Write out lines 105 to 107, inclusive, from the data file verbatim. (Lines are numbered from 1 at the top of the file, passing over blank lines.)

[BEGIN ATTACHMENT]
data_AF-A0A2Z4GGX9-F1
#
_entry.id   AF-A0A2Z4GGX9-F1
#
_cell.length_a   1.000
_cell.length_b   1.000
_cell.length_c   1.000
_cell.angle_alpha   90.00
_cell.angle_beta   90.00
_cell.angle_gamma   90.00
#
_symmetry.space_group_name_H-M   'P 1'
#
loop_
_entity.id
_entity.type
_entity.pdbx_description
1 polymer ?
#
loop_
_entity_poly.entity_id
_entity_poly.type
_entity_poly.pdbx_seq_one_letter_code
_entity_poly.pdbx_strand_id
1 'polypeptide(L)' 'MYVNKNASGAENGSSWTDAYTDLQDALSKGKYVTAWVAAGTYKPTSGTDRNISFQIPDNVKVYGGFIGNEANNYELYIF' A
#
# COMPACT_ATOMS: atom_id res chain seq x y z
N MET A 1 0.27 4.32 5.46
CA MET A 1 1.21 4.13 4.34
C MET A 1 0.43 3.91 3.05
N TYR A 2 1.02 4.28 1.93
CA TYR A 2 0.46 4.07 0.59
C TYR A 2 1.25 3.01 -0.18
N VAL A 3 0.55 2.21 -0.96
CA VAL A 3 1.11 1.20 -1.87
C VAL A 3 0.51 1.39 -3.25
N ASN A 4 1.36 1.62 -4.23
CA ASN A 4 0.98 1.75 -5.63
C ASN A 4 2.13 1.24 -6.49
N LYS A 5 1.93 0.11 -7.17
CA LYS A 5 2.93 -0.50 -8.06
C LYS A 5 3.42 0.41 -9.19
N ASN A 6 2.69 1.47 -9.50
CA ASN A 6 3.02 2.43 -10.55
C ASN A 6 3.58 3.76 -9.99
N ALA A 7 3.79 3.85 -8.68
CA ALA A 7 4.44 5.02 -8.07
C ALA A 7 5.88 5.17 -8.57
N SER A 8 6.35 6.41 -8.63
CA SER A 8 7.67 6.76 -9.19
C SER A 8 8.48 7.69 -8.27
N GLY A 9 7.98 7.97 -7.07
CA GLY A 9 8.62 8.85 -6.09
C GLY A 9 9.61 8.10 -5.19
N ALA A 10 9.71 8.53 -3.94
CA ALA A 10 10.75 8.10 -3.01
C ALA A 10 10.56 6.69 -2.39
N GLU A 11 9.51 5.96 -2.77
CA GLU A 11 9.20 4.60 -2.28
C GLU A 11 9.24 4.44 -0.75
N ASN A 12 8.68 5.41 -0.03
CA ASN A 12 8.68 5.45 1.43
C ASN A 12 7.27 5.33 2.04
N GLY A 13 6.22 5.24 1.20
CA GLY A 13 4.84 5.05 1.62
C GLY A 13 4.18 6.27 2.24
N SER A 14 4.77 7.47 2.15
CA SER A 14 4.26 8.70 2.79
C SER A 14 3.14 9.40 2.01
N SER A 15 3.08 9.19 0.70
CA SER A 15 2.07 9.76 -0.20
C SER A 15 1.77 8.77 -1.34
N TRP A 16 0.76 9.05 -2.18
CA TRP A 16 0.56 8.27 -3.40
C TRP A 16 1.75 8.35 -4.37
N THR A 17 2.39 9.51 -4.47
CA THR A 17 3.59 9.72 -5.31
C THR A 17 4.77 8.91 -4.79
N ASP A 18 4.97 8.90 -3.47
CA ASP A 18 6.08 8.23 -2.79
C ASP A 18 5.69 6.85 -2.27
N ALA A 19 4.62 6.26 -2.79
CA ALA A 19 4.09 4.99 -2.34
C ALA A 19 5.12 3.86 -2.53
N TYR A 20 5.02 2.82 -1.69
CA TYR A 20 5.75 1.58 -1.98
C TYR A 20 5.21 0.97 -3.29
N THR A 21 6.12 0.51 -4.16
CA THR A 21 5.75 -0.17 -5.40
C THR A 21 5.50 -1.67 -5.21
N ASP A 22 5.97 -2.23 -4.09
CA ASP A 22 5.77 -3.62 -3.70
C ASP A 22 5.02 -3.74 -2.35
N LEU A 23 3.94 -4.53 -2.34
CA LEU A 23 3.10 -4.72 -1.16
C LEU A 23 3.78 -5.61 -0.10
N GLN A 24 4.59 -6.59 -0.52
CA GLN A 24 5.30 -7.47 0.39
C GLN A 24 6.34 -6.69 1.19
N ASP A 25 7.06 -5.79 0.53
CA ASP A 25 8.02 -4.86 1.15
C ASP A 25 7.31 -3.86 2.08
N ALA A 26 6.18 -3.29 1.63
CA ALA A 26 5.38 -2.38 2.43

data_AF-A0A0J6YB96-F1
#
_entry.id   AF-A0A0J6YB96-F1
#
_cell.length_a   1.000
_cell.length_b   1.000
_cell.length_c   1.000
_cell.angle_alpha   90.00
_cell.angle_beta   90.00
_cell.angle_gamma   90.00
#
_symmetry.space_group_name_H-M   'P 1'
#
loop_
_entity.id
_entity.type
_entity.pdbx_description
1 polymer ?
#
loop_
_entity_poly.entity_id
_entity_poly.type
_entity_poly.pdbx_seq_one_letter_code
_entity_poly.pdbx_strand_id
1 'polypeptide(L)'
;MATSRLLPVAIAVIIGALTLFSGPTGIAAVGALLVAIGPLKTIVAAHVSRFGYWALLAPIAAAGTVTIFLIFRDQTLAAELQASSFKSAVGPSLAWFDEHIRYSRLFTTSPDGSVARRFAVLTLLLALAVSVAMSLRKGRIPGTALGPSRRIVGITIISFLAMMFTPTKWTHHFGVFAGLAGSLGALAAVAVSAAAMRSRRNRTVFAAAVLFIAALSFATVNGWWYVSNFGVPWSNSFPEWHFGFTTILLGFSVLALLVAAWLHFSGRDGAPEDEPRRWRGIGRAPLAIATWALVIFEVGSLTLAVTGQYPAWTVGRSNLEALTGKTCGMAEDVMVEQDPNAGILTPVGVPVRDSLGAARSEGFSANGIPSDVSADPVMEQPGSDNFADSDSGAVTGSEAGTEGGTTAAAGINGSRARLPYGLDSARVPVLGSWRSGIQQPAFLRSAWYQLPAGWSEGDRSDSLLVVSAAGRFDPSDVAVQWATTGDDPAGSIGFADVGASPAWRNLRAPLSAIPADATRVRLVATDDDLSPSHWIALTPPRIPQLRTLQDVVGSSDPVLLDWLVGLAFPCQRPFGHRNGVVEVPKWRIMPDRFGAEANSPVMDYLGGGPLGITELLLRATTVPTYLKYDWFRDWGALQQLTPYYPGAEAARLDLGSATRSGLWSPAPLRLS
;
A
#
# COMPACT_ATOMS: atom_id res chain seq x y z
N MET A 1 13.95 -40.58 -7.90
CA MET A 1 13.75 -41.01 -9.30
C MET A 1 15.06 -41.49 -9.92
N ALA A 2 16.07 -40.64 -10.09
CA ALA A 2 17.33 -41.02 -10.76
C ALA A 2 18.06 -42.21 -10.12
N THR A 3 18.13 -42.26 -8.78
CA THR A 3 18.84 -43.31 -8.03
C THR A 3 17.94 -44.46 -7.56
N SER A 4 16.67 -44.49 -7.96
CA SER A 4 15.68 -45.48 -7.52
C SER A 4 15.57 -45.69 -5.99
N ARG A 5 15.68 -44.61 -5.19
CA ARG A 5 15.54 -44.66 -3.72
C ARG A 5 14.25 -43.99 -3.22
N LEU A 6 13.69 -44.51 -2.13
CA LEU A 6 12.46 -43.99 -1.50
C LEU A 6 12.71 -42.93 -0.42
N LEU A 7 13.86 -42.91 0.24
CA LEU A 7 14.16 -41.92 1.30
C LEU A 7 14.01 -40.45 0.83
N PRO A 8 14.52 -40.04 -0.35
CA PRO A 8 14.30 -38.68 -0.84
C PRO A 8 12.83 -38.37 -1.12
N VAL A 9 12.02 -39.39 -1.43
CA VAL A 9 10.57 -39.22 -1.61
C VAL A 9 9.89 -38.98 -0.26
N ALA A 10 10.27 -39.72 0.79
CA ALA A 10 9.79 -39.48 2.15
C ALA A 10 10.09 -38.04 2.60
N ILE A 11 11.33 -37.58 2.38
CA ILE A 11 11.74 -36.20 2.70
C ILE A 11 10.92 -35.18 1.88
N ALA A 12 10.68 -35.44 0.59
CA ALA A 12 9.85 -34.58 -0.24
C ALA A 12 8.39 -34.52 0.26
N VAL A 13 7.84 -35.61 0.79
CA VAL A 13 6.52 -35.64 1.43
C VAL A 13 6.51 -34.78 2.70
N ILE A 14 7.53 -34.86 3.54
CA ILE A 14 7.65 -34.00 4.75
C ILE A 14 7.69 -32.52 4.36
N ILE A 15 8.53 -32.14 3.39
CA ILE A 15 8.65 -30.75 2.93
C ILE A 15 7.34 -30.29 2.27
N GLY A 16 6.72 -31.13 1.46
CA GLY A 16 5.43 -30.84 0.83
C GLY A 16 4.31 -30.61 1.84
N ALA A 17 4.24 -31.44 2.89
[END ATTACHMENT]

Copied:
data_AF-A0A0J6YB96-F1
#
_entry.id   AF-A0A0J6YB96-F1